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As you probably know ACPI procfs is deprecated in new kernel versions and with sysfs I don't know of a clean way of reading the state of the lid button.

The only way I've come up with is hooking up acpid event of lid button change and writing its state to some file. But the issue with this approach is that in case you put your laptop to sleep with lid closed and resume it with lid open, you will end up with a wrong state written in that status file.

Also I wouldn't mind if there was a way to retrieve the state with acpi_call module.

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I had the same question - it would appear that, sadly, there isn't one (at least, not for the way my system is set up). A patch was submitted to the Linux Kernel Mailing List in 2010 that would have added files to sysfs for querying the state of a GPIO switch, but the patch appears to have been withdrawn after the submitter was told of the ioctl() calls to read this (EVIOCG*).

The solution I'm going with is to use evtest to query the switch state (which exits 0 if the lid is open and 10 if the lid is closed):

sudo evtest --query /dev/input/event5 EV_SW SW_LID

It'd be nice if there were a version of this solution that didn't require root access, though.

  • I suspect there may be a way to expose the GPIO pin state via exporting the underlying gpio in /sys/class/gpio, possibly using information around /proc/device-tree/gpio-keys/lid-switch to determine which gpio it'd be, but I can't make heads or tails of it. – Stuart P. Bentley Nov 7 '17 at 21:28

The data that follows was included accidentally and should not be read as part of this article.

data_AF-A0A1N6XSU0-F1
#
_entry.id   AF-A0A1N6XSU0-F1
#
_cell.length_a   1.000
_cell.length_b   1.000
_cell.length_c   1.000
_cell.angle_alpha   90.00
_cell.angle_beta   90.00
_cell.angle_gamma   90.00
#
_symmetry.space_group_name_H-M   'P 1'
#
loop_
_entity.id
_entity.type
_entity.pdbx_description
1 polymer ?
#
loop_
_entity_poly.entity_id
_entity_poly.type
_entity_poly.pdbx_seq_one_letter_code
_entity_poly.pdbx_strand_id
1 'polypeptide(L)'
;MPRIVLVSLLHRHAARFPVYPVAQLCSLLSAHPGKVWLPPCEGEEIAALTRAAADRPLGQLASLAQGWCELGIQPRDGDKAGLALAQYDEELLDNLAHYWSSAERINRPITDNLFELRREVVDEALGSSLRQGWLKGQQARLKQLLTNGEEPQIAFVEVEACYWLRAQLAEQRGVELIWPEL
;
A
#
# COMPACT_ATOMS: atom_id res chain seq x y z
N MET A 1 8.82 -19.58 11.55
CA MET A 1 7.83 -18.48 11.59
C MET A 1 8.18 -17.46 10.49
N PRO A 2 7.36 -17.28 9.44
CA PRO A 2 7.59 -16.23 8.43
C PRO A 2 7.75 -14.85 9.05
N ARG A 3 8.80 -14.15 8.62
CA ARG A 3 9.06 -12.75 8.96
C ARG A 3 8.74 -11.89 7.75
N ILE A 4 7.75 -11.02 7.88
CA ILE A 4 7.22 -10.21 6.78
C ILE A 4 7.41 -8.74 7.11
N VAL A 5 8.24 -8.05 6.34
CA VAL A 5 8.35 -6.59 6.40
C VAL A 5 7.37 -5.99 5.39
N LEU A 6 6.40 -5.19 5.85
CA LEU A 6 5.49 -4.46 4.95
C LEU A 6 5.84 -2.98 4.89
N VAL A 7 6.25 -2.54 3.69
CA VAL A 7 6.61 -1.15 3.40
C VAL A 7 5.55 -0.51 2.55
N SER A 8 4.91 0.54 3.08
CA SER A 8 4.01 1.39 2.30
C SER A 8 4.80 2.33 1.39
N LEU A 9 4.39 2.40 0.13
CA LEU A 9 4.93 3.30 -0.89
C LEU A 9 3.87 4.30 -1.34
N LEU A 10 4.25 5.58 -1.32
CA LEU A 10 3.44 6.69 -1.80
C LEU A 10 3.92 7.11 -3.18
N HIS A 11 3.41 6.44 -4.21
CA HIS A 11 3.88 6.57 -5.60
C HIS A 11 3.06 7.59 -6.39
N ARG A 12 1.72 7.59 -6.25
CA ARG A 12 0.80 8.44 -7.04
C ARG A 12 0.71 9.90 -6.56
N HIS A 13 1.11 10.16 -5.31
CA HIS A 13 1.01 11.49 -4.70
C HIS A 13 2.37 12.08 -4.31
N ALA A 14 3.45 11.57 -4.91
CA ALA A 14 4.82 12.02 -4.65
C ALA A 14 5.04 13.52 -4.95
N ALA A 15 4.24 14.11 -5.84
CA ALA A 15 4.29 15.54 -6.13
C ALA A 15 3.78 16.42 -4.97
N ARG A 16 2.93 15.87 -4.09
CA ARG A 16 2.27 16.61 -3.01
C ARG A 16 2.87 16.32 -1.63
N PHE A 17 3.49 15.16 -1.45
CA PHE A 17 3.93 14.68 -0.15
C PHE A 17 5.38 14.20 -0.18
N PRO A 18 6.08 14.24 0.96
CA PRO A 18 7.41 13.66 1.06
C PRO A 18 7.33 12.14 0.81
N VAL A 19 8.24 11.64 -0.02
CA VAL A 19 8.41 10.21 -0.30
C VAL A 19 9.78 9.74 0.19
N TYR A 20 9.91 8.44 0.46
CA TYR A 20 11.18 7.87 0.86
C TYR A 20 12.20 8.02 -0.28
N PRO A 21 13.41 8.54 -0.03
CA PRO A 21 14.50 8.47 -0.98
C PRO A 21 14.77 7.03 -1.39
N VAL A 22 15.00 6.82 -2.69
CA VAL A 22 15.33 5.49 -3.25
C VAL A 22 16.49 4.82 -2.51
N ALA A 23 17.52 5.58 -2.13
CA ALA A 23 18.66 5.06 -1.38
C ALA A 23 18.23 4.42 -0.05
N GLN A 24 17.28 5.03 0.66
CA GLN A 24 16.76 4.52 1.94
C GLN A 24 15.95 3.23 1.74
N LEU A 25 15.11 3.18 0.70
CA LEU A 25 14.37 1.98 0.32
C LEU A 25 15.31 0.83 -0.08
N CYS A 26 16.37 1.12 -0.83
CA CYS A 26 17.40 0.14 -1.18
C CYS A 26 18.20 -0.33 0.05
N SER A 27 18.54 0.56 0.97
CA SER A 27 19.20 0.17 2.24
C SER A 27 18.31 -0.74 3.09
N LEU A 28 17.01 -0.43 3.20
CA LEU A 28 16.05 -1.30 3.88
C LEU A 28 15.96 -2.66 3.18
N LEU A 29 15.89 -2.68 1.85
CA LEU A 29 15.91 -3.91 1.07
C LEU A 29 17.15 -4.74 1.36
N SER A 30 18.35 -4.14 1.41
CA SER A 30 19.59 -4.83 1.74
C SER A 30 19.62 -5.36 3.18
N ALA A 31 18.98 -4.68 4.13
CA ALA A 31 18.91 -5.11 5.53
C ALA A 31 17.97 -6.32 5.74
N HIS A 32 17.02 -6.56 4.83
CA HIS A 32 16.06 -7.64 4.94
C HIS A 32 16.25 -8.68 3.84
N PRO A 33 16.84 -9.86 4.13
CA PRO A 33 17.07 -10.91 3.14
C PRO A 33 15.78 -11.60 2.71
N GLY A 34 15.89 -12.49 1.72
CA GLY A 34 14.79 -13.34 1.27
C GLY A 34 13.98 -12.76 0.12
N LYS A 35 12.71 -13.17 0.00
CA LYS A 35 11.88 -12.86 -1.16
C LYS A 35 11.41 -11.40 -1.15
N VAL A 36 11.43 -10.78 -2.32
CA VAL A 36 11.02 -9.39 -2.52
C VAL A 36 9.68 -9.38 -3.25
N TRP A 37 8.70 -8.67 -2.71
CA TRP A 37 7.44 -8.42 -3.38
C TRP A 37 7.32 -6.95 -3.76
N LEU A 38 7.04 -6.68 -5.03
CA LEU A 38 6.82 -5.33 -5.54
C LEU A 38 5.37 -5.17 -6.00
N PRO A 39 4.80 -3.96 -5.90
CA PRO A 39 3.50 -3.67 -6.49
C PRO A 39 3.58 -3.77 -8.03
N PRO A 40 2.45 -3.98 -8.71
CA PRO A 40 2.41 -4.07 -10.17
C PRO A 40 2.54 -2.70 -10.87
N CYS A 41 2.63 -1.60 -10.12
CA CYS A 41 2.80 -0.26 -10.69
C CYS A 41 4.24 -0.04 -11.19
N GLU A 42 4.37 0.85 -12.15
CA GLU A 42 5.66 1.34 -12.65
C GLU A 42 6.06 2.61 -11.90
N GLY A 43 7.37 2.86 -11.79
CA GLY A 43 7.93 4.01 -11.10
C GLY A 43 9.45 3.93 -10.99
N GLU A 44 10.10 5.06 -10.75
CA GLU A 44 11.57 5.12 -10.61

• nice, now it just needs a way to reliably determine which event device is the LID switch. I looked at some udev rules and they're doing it by searching for Lid Switch substring. evtest doesn't have a command to output such a list for grepping. Is it somehow doable with existing utilities? – Jan Chren - rindeal Nov 14 '17 at 21:21
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So the final TL;DR answer is: this feature is not going to be implemented, because of poor quality and buggy highly valued, NDAed intellectual property called firmware in laptops.

According to this thread on Linux kernel bug tracker, in way too many laptops firmware initializes its internal lid state variable to zero on boot - meaning "closed", even though you cannot turn the laptop on with the lid closed (this is checked by firmware before power-on).

For this reason kernel and therefore userspace can rely only upon changes in state after the device is booted and assume it's open unless proven otherwise.

Root users can check the kernel state directly by calling the appropriate input device, the C code is simple, but you can still use existing utility called "evtest" as shown in the answer by Stuart P. Bentley:

# evtest --query /dev/input/EVENT_N EV_SW SW_LID && echo open || echo closed

Normal users can call systemd's logind over D-Bus (since v240):

dbus-send --system --print-reply=literal \
    --dest=org.freedesktop.login1 /org/freedesktop/login1 \
    org.freedesktop.DBus.Properties.Get \
        string:org.freedesktop.login1.Manager string:LidClosed | \
            awk 'NR==1{print $3=="true"?"closed":"open"}'

or

busctl get-property org.freedesktop.login1 /org/freedesktop/login1 \
    org.freedesktop.login1.Manager LidClosed | \
        awk 'NR==1{print $2=="true"?"closed":"open"}'

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